Despite the low light, the 1.78:1 picture on this terrific Blu-ray transfer is so detailed that you can see textures of costumes, with every strand of Lyndon’s corduroy coat visible, along with the intricacies of all those lace flounces. Big exteriors have a wonderfully deep focus, made more noticeable by often being filled with strolling figures. Skin tones are natural, and although some images have an airy milkiness to them, others feature solid, rich blocks of color, such as the crimson and blue uniforms and flags. Black eyepatches are inky; white vests are admirably bright.
In the crisp, open DTS-HD Master Audio 5.1 soundtrack, the magnificent score — Bach, Mozart, Schubert, Vivaldi, and, most memorably, Handel’s Sarabande — is monumental in its fullness and clarity. At times, it comes from all sides (along with occasional atmospherics), but mostly it’s split across the three front channels. Yet the music surges splendidly, with instruments well separated. Dialogue is extremely clear, cannon fire nicely bassy.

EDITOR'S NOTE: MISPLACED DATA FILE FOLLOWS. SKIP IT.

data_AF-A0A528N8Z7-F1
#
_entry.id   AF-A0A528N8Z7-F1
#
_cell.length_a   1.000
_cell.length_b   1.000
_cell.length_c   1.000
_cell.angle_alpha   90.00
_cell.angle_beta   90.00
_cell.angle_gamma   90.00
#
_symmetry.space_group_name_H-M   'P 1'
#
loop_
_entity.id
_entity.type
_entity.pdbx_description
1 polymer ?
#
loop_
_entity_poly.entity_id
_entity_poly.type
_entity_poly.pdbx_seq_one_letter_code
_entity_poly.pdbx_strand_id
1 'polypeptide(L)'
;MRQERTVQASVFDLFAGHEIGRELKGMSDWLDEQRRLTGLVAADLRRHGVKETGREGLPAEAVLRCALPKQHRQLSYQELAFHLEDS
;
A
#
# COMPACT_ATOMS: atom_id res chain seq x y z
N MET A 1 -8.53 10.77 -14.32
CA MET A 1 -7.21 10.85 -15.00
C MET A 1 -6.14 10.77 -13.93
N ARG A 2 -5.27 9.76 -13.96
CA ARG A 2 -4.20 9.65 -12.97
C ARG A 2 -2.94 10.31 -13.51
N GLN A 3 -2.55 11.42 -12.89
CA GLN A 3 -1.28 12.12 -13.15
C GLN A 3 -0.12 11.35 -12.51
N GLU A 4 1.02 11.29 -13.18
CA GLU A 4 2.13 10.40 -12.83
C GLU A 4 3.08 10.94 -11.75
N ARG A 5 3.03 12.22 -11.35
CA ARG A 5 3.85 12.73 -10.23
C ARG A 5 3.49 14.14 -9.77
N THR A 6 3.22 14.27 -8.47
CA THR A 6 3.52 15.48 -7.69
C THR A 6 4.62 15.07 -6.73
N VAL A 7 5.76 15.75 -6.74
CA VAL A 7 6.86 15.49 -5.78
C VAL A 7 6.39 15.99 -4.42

Similar to the video releases of Woody Allen films, extras are minimal: You only get a trailer. Some viewers, I hazard to guess, might suggest that perhaps a few details on the production, a little analysis of Kubrick’s art, the odd interview, or, well, anything would be appropriate. But for me, this would sully the magnificent solitude of that fine and dandy coming-attraction advertisement and distract from all those occasions when I’ll be watching Barry Lyndon in the future while waiting for the multidisc Special Edition that will no doubt be snatching at my wallet before the Blu-ray format has run its course.
(Editor’s Note: Barry Lyndon is available separately as an Amazon.com exclusive, but the disc is also included in the Blu-ray boxed set Stanley Kubrick: Limited Edition Collection, a wide release.)
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